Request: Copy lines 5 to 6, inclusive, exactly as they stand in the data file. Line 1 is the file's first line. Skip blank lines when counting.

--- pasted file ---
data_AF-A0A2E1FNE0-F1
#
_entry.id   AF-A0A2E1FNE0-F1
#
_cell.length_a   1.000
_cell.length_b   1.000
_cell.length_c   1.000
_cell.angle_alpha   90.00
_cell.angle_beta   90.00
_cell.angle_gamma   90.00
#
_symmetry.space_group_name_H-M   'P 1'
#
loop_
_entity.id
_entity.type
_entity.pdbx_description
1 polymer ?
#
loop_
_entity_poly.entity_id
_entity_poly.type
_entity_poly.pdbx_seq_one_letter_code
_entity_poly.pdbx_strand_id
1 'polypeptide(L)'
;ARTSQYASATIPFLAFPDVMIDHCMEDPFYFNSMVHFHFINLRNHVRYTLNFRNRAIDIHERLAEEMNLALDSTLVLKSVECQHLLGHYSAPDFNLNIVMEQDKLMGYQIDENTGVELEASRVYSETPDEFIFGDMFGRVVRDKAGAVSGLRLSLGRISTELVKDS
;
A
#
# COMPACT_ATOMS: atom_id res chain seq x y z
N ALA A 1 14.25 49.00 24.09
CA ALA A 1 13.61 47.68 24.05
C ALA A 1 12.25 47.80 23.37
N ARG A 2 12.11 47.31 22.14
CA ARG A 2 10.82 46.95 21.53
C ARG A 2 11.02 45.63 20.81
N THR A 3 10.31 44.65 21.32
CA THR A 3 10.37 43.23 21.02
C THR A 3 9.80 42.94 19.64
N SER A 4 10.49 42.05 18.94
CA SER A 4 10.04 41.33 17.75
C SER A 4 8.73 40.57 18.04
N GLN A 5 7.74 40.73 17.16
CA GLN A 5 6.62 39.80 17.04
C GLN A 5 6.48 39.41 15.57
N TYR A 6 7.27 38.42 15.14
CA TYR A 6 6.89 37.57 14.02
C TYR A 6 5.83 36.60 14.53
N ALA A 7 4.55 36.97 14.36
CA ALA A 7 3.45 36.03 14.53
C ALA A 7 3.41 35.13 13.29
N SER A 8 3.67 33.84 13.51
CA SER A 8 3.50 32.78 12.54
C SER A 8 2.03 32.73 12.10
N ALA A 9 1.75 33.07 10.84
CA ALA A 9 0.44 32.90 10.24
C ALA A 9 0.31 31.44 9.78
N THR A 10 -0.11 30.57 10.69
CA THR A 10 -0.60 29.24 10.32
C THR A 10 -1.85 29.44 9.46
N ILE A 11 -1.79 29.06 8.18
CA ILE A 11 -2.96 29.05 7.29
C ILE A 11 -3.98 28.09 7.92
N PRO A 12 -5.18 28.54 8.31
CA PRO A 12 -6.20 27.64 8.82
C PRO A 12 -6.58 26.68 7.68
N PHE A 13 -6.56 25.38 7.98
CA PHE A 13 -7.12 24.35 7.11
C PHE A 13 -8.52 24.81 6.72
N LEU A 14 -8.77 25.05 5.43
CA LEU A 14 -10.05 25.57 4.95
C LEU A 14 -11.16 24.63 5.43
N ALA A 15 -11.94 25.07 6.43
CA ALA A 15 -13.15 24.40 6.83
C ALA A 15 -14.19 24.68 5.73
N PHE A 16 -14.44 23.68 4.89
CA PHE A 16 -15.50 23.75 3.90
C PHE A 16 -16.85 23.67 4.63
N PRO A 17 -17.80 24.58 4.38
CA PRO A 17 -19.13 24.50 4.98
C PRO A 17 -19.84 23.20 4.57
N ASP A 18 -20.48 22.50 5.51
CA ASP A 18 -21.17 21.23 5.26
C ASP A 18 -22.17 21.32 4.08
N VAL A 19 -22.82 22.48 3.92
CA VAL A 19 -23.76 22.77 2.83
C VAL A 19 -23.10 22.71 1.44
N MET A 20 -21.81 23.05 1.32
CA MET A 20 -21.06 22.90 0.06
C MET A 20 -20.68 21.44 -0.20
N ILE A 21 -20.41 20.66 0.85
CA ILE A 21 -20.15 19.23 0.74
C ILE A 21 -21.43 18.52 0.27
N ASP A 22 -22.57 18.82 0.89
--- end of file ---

_cell.length_a   1.000
_cell.length_b   1.000